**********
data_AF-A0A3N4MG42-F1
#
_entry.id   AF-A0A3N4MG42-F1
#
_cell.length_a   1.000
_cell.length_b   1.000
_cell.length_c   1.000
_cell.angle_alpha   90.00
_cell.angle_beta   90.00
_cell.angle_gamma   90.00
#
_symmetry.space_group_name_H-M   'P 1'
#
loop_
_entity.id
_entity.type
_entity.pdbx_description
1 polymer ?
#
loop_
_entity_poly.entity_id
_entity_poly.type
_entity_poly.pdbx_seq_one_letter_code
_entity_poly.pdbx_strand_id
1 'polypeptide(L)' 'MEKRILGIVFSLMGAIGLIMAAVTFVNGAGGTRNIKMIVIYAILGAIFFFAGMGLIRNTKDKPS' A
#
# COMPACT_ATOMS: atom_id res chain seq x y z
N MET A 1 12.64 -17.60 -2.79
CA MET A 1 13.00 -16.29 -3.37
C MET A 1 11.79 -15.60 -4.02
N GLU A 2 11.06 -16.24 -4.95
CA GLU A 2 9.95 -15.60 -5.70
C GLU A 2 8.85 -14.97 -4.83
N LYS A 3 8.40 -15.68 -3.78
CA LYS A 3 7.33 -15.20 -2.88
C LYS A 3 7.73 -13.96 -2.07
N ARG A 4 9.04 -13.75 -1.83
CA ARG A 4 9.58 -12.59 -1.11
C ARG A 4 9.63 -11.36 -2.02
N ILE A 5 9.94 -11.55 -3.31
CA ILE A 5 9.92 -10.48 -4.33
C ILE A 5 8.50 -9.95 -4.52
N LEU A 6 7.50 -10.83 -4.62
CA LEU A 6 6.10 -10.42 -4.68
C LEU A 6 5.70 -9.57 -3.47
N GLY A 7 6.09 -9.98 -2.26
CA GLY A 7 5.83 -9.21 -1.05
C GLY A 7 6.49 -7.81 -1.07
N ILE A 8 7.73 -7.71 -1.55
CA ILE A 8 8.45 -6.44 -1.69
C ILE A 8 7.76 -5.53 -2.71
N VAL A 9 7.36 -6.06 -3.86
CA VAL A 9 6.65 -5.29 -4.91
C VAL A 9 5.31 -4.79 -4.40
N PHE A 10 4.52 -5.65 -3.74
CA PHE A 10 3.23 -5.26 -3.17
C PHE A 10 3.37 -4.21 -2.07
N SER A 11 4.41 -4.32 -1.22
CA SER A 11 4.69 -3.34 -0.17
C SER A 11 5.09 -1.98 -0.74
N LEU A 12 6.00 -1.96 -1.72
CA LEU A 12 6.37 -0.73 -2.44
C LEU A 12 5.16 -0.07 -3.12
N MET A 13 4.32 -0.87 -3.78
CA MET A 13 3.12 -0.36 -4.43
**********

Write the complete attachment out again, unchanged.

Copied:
data_AF-A0A3N4MG42-F1
#
_entry.id   AF-A0A3N4MG42-F1
#
_cell.length_a   1.000
_cell.length_b   1.000
_cell.length_c   1.000
_cell.angle_alpha   90.00
_cell.angle_beta   90.00
_cell.angle_gamma   90.00
#
_symmetry.space_group_name_H-M   'P 1'
#
loop_
_entity.id
_entity.type
_entity.pdbx_description
1 polymer ?
#
loop_
_entity_poly.entity_id
_entity_poly.type
_entity_poly.pdbx_seq_one_letter_code
_entity_poly.pdbx_strand_id
1 'polypeptide(L)' 'MEKRILGIVFSLMGAIGLIMAAVTFVNGAGGTRNIKMIVIYAILGAIFFFAGMGLIRNTKDKPS' A
#
# COMPACT_ATOMS: atom_id res chain seq x y z
N MET A 1 12.64 -17.60 -2.79
CA MET A 1 13.00 -16.29 -3.37
C MET A 1 11.79 -15.60 -4.02
N GLU A 2 11.06 -16.24 -4.95
CA GLU A 2 9.95 -15.60 -5.70
C GLU A 2 8.85 -14.97 -4.83
N LYS A 3 8.40 -15.68 -3.78
CA LYS A 3 7.33 -15.20 -2.88
C LYS A 3 7.73 -13.96 -2.07
N ARG A 4 9.04 -13.75 -1.83
CA ARG A 4 9.58 -12.59 -1.11
C ARG A 4 9.63 -11.36 -2.02
N ILE A 5 9.94 -11.55 -3.31
CA ILE A 5 9.92 -10.48 -4.33
C ILE A 5 8.50 -9.95 -4.52
N LEU A 6 7.50 -10.83 -4.62
CA LEU A 6 6.10 -10.42 -4.68
C LEU A 6 5.70 -9.57 -3.47
N GLY A 7 6.09 -9.98 -2.26
CA GLY A 7 5.83 -9.21 -1.05
C GLY A 7 6.49 -7.81 -1.07
N ILE A 8 7.73 -7.71 -1.55
CA ILE A 8 8.45 -6.44 -1.69
C ILE A 8 7.76 -5.53 -2.71
N VAL A 9 7.36 -6.06 -3.86
CA VAL A 9 6.65 -5.29 -4.91
C VAL A 9 5.31 -4.79 -4.40
N PHE A 10 4.52 -5.65 -3.74
CA PHE A 10 3.23 -5.26 -3.17
C PHE A 10 3.37 -4.21 -2.07
N SER A 11 4.41 -4.32 -1.22
CA SER A 11 4.69 -3.34 -0.17
C SER A 11 5.09 -1.98 -0.74
N LEU A 12 6.00 -1.96 -1.72
CA LEU A 12 6.37 -0.73 -2.44
C LEU A 12 5.16 -0.07 -3.12
N MET A 13 4.32 -0.87 -3.78
CA MET A 13 3.12 -0.36 -4.43